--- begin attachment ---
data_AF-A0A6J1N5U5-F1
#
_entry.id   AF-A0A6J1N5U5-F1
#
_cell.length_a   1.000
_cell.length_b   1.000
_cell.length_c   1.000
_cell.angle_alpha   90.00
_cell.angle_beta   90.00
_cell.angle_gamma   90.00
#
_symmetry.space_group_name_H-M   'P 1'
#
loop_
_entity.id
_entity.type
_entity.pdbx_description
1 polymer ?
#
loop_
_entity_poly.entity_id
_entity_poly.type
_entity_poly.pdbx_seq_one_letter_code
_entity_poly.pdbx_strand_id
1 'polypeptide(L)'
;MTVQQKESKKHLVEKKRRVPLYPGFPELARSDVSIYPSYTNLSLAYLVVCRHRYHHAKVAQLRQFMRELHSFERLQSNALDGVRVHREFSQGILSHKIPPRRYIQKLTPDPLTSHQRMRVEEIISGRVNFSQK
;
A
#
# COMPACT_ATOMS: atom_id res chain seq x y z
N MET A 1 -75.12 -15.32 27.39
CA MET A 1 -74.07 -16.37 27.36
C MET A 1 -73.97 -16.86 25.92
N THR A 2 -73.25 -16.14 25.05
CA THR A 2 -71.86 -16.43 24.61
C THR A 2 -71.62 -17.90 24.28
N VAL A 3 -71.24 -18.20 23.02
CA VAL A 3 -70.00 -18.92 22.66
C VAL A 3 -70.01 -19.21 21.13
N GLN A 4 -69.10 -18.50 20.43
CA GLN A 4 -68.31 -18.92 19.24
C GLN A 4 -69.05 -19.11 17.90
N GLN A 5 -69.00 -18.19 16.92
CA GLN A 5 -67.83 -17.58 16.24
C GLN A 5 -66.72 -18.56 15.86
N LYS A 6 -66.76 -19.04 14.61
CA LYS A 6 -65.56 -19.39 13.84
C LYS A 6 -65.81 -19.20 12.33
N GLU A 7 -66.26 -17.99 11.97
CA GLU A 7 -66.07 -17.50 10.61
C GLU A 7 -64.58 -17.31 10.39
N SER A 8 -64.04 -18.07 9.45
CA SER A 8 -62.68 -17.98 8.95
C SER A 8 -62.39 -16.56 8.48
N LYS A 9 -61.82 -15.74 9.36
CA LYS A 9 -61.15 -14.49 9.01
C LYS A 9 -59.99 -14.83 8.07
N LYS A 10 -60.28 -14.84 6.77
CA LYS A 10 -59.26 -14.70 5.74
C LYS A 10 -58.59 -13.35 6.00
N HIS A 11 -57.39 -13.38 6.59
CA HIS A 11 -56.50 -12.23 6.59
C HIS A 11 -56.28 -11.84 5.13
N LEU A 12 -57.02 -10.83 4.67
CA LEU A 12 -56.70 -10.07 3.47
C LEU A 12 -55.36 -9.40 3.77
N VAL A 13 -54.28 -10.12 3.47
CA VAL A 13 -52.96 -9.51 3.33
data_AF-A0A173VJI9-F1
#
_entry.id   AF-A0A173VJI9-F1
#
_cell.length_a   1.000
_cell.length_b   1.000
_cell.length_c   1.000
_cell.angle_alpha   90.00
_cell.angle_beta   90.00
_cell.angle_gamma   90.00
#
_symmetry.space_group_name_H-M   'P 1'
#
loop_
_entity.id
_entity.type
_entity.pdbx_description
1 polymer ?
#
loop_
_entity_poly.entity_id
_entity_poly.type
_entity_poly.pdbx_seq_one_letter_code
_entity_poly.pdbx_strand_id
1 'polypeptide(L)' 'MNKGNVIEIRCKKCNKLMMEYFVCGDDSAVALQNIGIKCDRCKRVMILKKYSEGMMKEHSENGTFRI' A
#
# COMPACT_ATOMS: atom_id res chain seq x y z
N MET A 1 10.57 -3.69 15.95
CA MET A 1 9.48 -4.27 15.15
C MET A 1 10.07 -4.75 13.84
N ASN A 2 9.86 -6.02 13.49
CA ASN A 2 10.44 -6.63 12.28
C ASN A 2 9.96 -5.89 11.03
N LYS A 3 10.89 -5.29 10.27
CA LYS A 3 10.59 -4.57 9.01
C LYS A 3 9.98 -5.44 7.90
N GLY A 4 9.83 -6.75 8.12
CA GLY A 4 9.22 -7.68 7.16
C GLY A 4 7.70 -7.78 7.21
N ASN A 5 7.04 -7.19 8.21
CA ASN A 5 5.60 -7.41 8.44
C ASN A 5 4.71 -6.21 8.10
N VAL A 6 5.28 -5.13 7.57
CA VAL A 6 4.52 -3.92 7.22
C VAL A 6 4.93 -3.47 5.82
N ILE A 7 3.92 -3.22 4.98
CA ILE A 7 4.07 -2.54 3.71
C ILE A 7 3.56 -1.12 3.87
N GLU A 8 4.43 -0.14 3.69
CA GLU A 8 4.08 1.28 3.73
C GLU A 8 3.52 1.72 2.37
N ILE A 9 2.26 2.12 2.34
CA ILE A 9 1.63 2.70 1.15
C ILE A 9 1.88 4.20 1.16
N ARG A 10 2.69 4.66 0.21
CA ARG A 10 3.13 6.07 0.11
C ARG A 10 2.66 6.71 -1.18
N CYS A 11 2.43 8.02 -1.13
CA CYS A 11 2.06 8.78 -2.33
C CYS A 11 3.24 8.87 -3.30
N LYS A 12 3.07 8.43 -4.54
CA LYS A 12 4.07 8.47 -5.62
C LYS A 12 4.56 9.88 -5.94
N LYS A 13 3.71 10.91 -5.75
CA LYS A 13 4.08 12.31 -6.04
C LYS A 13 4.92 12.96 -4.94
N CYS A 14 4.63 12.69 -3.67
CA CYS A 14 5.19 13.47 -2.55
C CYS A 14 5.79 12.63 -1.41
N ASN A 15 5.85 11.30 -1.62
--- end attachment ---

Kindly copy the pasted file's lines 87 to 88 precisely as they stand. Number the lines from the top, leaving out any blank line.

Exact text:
#
loop_